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Dealer Wants Car Back - Wants More Money Valley AL

When you sign a contract to buy with a loan, or to lease, the dealer attempts to find a finance company or bank that will approve you under the terms you agreed to in your contract. Somewhere in your contract or in a separate document, often called a bailment agreement, this condition is spelled.

Gentry & Ware Motor Co
(334) 749-1286
3906 Pepperell Pkwy
Opelika, AL

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Wood's Auto Sales
(205) 387-9858
2501 Viking Dr
Jasper, AL

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Dunnavant Motors
(205) 856-0955
1657 Center Point Pkwy
Birmingham, AL

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Conversion Concepts
(251) 626-0010
2518 Us Highway 98
Daphne, AL

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Cdm Auto Sales
(251) 479-9591
2504 Government Blvd
Mobile, AL

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LaGrange Toyota
(706) 882-2963
1031 Hogansville Rd.
La Grange, GA

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Alabama driving school.net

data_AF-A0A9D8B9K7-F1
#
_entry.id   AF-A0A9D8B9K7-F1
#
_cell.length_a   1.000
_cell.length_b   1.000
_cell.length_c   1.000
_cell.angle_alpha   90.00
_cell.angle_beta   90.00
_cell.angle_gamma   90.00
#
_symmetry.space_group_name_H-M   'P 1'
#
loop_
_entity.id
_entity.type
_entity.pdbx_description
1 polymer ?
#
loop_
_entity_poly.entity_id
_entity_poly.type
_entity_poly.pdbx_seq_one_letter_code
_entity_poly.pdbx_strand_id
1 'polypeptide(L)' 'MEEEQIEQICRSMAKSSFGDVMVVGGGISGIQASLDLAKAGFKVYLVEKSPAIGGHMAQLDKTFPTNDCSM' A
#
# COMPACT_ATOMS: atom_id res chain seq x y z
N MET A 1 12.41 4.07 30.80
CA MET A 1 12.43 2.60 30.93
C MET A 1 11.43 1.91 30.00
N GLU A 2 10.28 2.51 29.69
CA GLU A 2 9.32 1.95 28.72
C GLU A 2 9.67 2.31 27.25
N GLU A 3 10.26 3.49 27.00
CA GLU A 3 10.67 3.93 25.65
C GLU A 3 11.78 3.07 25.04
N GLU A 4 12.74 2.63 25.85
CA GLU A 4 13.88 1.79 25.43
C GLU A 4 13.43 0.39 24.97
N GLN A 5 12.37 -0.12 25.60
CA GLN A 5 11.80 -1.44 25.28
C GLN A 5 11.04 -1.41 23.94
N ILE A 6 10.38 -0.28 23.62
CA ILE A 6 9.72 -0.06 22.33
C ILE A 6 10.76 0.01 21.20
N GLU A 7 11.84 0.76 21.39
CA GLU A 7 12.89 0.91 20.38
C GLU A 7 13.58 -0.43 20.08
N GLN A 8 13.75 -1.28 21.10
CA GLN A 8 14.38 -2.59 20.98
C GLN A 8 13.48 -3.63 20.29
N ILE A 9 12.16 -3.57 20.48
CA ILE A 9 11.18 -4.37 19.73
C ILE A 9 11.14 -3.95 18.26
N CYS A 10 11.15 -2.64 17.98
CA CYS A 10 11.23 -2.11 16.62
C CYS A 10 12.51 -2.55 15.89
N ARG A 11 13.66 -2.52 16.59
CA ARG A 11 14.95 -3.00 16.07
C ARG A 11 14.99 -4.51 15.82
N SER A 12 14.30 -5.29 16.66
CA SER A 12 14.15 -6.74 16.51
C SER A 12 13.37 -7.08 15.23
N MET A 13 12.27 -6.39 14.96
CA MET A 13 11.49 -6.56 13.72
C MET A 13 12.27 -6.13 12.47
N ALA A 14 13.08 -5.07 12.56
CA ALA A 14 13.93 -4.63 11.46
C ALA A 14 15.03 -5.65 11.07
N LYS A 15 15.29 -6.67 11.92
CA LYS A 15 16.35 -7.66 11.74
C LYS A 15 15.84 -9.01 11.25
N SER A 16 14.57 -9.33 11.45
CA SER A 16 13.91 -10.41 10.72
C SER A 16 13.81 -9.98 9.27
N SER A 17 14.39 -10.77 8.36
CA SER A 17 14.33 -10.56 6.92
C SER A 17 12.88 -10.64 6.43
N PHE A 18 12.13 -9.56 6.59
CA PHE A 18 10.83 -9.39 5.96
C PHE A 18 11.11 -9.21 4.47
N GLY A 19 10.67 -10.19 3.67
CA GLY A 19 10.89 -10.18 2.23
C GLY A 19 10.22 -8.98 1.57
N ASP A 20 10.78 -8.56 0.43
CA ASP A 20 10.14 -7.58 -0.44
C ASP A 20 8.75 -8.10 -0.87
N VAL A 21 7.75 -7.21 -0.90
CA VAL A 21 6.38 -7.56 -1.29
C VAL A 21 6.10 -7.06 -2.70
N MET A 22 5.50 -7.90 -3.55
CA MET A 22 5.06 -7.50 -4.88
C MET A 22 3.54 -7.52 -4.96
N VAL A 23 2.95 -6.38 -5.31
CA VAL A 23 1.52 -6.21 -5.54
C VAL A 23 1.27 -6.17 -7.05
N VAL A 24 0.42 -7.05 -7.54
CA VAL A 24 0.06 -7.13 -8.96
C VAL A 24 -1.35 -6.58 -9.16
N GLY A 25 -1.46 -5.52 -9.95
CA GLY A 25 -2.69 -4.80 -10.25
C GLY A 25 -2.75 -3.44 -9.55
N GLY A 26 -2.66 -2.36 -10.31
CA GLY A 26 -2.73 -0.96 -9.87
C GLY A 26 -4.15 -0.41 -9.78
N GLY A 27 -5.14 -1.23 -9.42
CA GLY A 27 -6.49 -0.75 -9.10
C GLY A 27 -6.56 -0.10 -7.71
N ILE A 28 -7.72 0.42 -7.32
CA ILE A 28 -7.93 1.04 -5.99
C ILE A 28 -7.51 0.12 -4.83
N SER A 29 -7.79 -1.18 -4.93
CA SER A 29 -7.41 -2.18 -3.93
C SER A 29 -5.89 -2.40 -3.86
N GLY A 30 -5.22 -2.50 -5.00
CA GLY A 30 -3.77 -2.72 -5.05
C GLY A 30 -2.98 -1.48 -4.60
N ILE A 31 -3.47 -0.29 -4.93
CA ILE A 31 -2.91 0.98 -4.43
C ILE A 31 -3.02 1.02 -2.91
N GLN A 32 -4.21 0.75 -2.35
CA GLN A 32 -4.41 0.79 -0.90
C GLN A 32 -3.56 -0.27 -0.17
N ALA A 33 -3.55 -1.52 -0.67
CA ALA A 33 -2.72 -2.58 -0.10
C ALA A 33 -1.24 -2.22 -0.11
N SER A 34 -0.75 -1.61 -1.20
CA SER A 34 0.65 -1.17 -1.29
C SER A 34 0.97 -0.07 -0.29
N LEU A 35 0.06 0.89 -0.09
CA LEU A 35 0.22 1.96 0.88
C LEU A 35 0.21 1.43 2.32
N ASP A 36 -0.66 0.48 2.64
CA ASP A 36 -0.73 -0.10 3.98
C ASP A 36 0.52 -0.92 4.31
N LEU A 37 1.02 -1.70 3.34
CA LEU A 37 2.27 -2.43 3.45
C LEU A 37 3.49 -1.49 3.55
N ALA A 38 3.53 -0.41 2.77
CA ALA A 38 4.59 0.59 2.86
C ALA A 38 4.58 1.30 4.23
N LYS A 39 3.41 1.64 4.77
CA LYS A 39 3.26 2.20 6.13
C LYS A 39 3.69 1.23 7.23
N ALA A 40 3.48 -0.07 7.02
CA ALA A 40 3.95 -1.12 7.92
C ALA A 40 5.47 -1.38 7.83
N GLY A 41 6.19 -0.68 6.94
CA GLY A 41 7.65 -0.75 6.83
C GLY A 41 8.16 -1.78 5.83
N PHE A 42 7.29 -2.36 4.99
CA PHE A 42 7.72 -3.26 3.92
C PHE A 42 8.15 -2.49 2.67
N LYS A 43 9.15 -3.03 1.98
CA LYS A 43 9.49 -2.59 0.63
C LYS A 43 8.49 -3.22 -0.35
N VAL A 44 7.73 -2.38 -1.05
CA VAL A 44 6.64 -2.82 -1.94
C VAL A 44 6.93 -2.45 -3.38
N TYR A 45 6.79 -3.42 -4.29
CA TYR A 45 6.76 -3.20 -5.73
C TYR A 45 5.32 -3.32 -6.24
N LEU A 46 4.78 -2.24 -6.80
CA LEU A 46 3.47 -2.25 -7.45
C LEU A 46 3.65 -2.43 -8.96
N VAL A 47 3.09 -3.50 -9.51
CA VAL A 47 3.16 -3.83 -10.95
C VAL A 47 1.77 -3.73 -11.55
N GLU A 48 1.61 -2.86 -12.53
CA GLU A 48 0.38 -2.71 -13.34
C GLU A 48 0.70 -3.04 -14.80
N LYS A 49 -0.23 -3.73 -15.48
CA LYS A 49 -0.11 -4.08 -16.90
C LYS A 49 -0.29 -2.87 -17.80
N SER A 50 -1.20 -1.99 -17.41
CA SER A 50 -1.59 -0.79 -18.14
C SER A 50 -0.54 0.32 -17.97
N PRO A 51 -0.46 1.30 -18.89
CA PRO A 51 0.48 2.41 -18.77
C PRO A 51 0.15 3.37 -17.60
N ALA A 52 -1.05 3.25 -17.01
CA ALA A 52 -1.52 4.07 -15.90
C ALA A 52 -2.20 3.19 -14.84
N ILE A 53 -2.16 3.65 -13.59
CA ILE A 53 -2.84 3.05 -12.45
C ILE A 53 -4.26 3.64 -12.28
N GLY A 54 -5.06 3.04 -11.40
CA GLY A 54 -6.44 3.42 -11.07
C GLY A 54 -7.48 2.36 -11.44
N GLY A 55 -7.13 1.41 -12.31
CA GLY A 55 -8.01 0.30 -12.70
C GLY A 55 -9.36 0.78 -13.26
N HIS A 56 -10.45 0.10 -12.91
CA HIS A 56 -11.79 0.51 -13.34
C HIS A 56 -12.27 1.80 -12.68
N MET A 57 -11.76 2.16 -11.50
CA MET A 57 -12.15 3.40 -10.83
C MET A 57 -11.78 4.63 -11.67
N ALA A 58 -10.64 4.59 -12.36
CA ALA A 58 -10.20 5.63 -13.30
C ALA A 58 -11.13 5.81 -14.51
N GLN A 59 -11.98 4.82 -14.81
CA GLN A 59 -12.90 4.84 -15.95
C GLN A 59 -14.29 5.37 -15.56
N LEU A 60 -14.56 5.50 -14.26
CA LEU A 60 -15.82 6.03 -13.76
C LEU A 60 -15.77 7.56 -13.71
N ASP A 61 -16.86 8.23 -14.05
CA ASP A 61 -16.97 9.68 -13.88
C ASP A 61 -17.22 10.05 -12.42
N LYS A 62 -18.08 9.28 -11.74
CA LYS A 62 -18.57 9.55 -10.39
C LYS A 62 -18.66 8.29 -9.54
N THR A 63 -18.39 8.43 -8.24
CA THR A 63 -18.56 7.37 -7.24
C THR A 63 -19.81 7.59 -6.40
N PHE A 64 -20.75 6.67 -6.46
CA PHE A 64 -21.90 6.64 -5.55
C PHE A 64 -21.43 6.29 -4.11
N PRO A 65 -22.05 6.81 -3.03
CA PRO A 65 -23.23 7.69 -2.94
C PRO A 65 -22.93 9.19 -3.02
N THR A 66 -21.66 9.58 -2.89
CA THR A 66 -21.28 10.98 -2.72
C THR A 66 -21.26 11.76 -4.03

(205) 937-4473
5716 Park side road
Hoover, AL
 
M & M Auto Sales
(251) 653-3124
7295 Theodore Dawes Rd
Theodore, AL

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Alabama Auto Brokers
(256) 927-7433
1205 W Main St
Centre, AL

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Lakeside Motor Cars
(251) 661-2264
3502 Government Blvd
Mobile, AL

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Dealer Wants Car Back - Wants More Money

It happens every day. You buy or lease a car from a dealer. He calls you a few days or a couple of weeks later and wants his car back, or asks you to sign a new contract with higher payments. Is this a scam? Is it legal?

First, let's understand some fundamentals of car financing. Car dealers don't finance or lease cars. When you sign a contract to buy with a loan, or to lease, the dealer attempts to find a finance company or bank that will approve you under the terms you agreed to in your contract. Somewhere in your contract or in a separate document, often called a bailment agreement, this condition is spelled out.

Essentially, it says that you agree to let the dealer arrange your car financing on your behalf, and that, if he can't find a finance company or bank to approve you and accept your loan or lease, then the deal isn't final. In this case, you will either be asked to return your car, get a co-signer, or sign a new contract for new terms that are acceptable to a finance company the dealer has contacted. Most likely, the option to return your vehicle won't be mentioned because the dealer does not want to lose this deal.

This is perfectly logical since the dealer wants to paid for his car and if a finance company can't be found who will accept the deal and pay him, the car still belongs to the dealer.

We often get emails from consumers who are in this situation and they frequently ask if they can simply keep the car and refuse to sign a n...

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